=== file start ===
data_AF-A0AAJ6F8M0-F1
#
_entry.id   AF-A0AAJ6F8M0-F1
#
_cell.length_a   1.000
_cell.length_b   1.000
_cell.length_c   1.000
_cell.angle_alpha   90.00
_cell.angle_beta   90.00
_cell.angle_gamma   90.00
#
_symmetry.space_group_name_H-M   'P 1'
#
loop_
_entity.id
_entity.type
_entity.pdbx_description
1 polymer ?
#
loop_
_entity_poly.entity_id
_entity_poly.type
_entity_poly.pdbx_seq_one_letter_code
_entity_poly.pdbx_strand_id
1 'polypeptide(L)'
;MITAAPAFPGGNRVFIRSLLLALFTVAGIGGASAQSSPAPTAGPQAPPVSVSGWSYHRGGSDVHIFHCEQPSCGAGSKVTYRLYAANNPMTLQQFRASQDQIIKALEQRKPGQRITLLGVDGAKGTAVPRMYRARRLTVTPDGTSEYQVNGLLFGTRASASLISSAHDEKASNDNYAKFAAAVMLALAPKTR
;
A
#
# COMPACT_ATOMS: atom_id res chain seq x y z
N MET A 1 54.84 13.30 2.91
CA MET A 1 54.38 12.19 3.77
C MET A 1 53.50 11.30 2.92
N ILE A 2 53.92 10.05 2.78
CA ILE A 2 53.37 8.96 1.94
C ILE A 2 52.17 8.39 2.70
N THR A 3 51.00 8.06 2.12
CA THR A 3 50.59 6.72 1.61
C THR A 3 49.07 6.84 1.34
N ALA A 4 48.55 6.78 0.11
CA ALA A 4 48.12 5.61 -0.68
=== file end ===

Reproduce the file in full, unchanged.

data_AF-A0AAJ6F8M0-F1
#
_entry.id   AF-A0AAJ6F8M0-F1
#
_cell.length_a   1.000
_cell.length_b   1.000
_cell.length_c   1.000
_cell.angle_alpha   90.00
_cell.angle_beta   90.00
_cell.angle_gamma   90.00
#
_symmetry.space_group_name_H-M   'P 1'
#
loop_
_entity.id
_entity.type
_entity.pdbx_description
1 polymer ?
#
loop_
_entity_poly.entity_id
_entity_poly.type
_entity_poly.pdbx_seq_one_letter_code
_entity_poly.pdbx_strand_id
1 'polypeptide(L)'
;MITAAPAFPGGNRVFIRSLLLALFTVAGIGGASAQSSPAPTAGPQAPPVSVSGWSYHRGGSDVHIFHCEQPSCGAGSKVTYRLYAANNPMTLQQFRASQDQIIKALEQRKPGQRITLLGVDGAKGTAVPRMYRARRLTVTPDGTSEYQVNGLLFGTRASASLISSAHDEKASNDNYAKFAAAVMLALAPKTR
;
A
#
# COMPACT_ATOMS: atom_id res chain seq x y z
N MET A 1 54.84 13.30 2.91
CA MET A 1 54.38 12.19 3.77
C MET A 1 53.50 11.30 2.92
N ILE A 2 53.92 10.05 2.78
CA ILE A 2 53.37 8.96 1.94
C ILE A 2 52.17 8.39 2.70
N THR A 3 51.00 8.06 2.12
CA THR A 3 50.59 6.72 1.61
C THR A 3 49.07 6.84 1.34
N ALA A 4 48.55 6.78 0.11
CA ALA A 4 48.12 5.61 -0.68